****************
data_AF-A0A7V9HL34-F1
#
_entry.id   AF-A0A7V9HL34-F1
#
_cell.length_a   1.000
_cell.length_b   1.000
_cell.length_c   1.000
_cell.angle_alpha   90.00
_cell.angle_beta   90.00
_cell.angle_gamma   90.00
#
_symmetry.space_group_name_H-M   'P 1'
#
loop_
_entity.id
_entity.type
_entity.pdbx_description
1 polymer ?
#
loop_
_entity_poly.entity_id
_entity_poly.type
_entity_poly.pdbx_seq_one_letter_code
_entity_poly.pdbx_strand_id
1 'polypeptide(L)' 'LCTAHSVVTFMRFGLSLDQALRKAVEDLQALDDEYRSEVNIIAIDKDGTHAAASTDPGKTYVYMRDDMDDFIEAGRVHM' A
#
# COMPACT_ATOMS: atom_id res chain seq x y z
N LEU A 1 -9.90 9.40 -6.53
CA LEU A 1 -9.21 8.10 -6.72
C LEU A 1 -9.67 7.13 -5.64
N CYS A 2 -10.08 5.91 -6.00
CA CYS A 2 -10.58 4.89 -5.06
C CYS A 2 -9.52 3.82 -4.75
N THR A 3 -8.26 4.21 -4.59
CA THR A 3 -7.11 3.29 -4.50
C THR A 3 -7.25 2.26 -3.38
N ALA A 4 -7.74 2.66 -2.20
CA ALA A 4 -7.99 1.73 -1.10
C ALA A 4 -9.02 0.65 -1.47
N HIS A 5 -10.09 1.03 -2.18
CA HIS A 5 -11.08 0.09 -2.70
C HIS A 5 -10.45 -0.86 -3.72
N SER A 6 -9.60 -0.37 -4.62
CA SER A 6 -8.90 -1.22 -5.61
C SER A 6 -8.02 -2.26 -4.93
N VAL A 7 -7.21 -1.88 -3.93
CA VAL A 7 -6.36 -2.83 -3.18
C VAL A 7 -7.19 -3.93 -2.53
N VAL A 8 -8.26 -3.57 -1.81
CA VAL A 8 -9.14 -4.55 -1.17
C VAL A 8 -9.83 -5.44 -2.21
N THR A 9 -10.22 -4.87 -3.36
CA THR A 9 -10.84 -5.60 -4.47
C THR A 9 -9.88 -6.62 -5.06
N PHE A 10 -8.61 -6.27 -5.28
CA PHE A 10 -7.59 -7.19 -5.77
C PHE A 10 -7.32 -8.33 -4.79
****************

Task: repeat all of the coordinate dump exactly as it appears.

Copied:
data_AF-A0A7V9HL34-F1
#
_entry.id   AF-A0A7V9HL34-F1
#
_cell.length_a   1.000
_cell.length_b   1.000
_cell.length_c   1.000
_cell.angle_alpha   90.00
_cell.angle_beta   90.00
_cell.angle_gamma   90.00
#
_symmetry.space_group_name_H-M   'P 1'
#
loop_
_entity.id
_entity.type
_entity.pdbx_description
1 polymer ?
#
loop_
_entity_poly.entity_id
_entity_poly.type
_entity_poly.pdbx_seq_one_letter_code
_entity_poly.pdbx_strand_id
1 'polypeptide(L)' 'LCTAHSVVTFMRFGLSLDQALRKAVEDLQALDDEYRSEVNIIAIDKDGTHAAASTDPGKTYVYMRDDMDDFIEAGRVHM' A
#
# COMPACT_ATOMS: atom_id res chain seq x y z
N LEU A 1 -9.90 9.40 -6.53
CA LEU A 1 -9.21 8.10 -6.72
C LEU A 1 -9.67 7.13 -5.64
N CYS A 2 -10.08 5.91 -6.00
CA CYS A 2 -10.58 4.89 -5.06
C CYS A 2 -9.52 3.82 -4.75
N THR A 3 -8.26 4.21 -4.59
CA THR A 3 -7.11 3.29 -4.50
C THR A 3 -7.25 2.26 -3.38
N ALA A 4 -7.74 2.66 -2.20
CA ALA A 4 -7.99 1.73 -1.10
C ALA A 4 -9.02 0.65 -1.47
N HIS A 5 -10.09 1.03 -2.18
CA HIS A 5 -11.08 0.09 -2.70
C HIS A 5 -10.45 -0.86 -3.72
N SER A 6 -9.60 -0.37 -4.62
CA SER A 6 -8.90 -1.22 -5.61
C SER A 6 -8.02 -2.26 -4.93
N VAL A 7 -7.21 -1.88 -3.93
CA VAL A 7 -6.36 -2.83 -3.18
C VAL A 7 -7.19 -3.93 -2.53
N VAL A 8 -8.26 -3.57 -1.81
CA VAL A 8 -9.14 -4.55 -1.17
C VAL A 8 -9.83 -5.44 -2.21
N THR A 9 -10.22 -4.87 -3.36
CA THR A 9 -10.84 -5.60 -4.47
C THR A 9 -9.88 -6.62 -5.06
N PHE A 10 -8.61 -6.27 -5.28
CA PHE A 10 -7.59 -7.19 -5.77
C PHE A 10 -7.32 -8.33 -4.79